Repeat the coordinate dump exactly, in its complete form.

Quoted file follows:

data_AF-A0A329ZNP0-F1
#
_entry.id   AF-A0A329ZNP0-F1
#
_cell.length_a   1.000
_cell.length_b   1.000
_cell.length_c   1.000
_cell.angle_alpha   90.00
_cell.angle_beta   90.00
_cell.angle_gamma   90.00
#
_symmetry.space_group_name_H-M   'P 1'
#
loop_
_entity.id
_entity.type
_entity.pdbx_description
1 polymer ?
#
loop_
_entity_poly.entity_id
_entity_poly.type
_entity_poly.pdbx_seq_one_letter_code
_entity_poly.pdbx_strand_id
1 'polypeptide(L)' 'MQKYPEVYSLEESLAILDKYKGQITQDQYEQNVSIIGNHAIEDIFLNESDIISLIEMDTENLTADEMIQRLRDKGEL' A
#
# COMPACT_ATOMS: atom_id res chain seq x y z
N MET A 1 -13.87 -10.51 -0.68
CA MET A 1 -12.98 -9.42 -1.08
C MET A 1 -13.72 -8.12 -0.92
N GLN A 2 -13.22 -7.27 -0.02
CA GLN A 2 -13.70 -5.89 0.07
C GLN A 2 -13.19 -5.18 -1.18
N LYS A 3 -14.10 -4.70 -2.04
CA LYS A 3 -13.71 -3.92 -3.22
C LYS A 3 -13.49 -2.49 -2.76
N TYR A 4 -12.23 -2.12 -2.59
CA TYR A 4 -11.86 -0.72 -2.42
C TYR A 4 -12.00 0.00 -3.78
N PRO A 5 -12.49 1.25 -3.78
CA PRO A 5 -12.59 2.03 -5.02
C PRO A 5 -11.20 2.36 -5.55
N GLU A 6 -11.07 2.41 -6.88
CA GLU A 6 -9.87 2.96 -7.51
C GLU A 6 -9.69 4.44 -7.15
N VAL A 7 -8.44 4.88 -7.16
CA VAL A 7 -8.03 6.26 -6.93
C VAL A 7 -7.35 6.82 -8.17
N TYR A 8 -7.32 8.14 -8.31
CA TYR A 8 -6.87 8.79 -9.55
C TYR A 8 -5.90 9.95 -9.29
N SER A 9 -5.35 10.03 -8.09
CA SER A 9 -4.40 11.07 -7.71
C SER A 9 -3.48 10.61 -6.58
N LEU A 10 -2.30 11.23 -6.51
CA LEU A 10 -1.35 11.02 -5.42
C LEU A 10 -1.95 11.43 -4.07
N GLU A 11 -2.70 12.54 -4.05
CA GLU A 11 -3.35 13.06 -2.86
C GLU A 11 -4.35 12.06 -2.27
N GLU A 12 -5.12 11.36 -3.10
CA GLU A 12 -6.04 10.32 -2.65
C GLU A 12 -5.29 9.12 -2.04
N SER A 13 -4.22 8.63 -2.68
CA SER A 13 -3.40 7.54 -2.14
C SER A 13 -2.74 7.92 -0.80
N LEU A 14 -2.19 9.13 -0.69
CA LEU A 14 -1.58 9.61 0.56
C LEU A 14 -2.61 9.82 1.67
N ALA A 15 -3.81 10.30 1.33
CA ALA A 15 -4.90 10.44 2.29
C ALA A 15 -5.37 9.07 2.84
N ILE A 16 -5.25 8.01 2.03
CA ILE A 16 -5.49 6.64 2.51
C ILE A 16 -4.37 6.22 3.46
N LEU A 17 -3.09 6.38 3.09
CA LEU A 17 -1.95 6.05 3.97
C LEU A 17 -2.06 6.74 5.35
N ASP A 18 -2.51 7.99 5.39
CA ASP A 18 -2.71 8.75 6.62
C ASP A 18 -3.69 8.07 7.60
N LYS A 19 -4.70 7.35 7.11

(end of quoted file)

data_AF-A0A329ZNP0-F1
#
_entry.id   AF-A0A329ZNP0-F1
#
_cell.length_a   1.000
_cell.length_b   1.000
_cell.length_c   1.000
_cell.angle_alpha   90.00
_cell.angle_beta   90.00
_cell.angle_gamma   90.00
#
_symmetry.space_group_name_H-M   'P 1'
#
loop_
_entity.id
_entity.type
_entity.pdbx_description
1 polymer ?
#
loop_
_entity_poly.entity_id
_entity_poly.type
_entity_poly.pdbx_seq_one_letter_code
_entity_poly.pdbx_strand_id
1 'polypeptide(L)' 'MQKYPEVYSLEESLAILDKYKGQITQDQYEQNVSIIGNHAIEDIFLNESDIISLIEMDTENLTADEMIQRLRDKGEL' A
#
# COMPACT_ATOMS: atom_id res chain seq x y z
N MET A 1 -13.87 -10.51 -0.68
CA MET A 1 -12.98 -9.42 -1.08
C MET A 1 -13.72 -8.12 -0.92
N GLN A 2 -13.22 -7.27 -0.02
CA GLN A 2 -13.70 -5.89 0.07
C GLN A 2 -13.19 -5.18 -1.18
N LYS A 3 -14.10 -4.70 -2.04
CA LYS A 3 -13.71 -3.92 -3.22
C LYS A 3 -13.49 -2.49 -2.76
N TYR A 4 -12.23 -2.12 -2.59
CA TYR A 4 -11.86 -0.72 -2.42
C TYR A 4 -12.00 0.00 -3.78
N PRO A 5 -12.49 1.25 -3.78
CA PRO A 5 -12.59 2.03 -5.02
C PRO A 5 -11.20 2.36 -5.55
N GLU A 6 -11.07 2.41 -6.88
CA GLU A 6 -9.87 2.96 -7.51
C GLU A 6 -9.69 4.44 -7.15
N VAL A 7 -8.44 4.88 -7.16
CA VAL A 7 -8.03 6.26 -6.93
C VAL A 7 -7.35 6.82 -8.17
N TYR A 8 -7.32 8.14 -8.31
CA TYR A 8 -6.87 8.79 -9.55
C TYR A 8 -5.90 9.95 -9.29
N SER A 9 -5.35 10.03 -8.09
CA SER A 9 -4.40 11.07 -7.71
C SER A 9 -3.48 10.61 -6.58
N LEU A 10 -2.30 11.23 -6.51
CA LEU A 10 -1.35 11.02 -5.42
C LEU A 10 -1.95 11.43 -4.07
N GLU A 11 -2.70 12.54 -4.05
CA GLU A 11 -3.35 13.06 -2.86
C GLU A 11 -4.35 12.06 -2.27
N GLU A 12 -5.12 11.36 -3.10
CA GLU A 12 -6.04 10.32 -2.65
C GLU A 12 -5.29 9.12 -2.04
N SER A 13 -4.22 8.63 -2.68
CA SER A 13 -3.40 7.54 -2.14
C SER A 13 -2.74 7.92 -0.80
N LEU A 14 -2.19 9.13 -0.69
CA LEU A 14 -1.58 9.61 0.56
C LEU A 14 -2.61 9.82 1.67
N ALA A 15 -3.81 10.30 1.33
CA ALA A 15 -4.90 10.44 2.29
C ALA A 15 -5.37 9.07 2.84
N ILE A 16 -5.25 8.01 2.03
CA ILE A 16 -5.49 6.64 2.51
C ILE A 16 -4.37 6.22 3.46
N LEU A 17 -3.09 6.38 3.09
CA LEU A 17 -1.95 6.05 3.97
C LEU A 17 -2.06 6.74 5.35
N ASP A 18 -2.51 7.99 5.39
CA ASP A 18 -2.71 8.75 6.62
C ASP A 18 -3.69 8.07 7.60
N LYS A 19 -4.70 7.35 7.11